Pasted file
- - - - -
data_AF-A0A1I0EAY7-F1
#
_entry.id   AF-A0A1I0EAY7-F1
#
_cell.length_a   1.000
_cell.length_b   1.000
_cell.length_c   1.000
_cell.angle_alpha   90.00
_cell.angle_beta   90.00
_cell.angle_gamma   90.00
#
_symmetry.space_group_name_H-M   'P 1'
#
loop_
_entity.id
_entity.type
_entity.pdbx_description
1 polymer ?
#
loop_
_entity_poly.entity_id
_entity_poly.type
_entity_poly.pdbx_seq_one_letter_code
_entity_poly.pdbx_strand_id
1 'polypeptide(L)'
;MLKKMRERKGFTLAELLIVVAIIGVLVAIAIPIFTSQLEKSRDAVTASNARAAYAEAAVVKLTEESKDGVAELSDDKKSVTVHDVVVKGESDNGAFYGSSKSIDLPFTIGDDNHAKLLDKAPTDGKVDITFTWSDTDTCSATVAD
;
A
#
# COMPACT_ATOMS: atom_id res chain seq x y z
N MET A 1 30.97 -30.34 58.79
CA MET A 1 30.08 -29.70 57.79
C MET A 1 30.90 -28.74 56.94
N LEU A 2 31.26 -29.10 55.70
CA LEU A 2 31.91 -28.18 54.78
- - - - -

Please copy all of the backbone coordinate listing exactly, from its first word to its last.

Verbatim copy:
data_AF-A0A1I0EAY7-F1
#
_entry.id   AF-A0A1I0EAY7-F1
#
_cell.length_a   1.000
_cell.length_b   1.000
_cell.length_c   1.000
_cell.angle_alpha   90.00
_cell.angle_beta   90.00
_cell.angle_gamma   90.00
#
_symmetry.space_group_name_H-M   'P 1'
#
loop_
_entity.id
_entity.type
_entity.pdbx_description
1 polymer ?
#
loop_
_entity_poly.entity_id
_entity_poly.type
_entity_poly.pdbx_seq_one_letter_code
_entity_poly.pdbx_strand_id
1 'polypeptide(L)'
;MLKKMRERKGFTLAELLIVVAIIGVLVAIAIPIFTSQLEKSRDAVTASNARAAYAEAAVVKLTEESKDGVAELSDDKKSVTVHDVVVKGESDNGAFYGSSKSIDLPFTIGDDNHAKLLDKAPTDGKVDITFTWSDTDTCSATVAD
;
A
#
# COMPACT_ATOMS: atom_id res chain seq x y z
N MET A 1 30.97 -30.34 58.79
CA MET A 1 30.08 -29.70 57.79
C MET A 1 30.90 -28.74 56.94
N LEU A 2 31.26 -29.10 55.70
CA LEU A 2 31.91 -28.18 54.78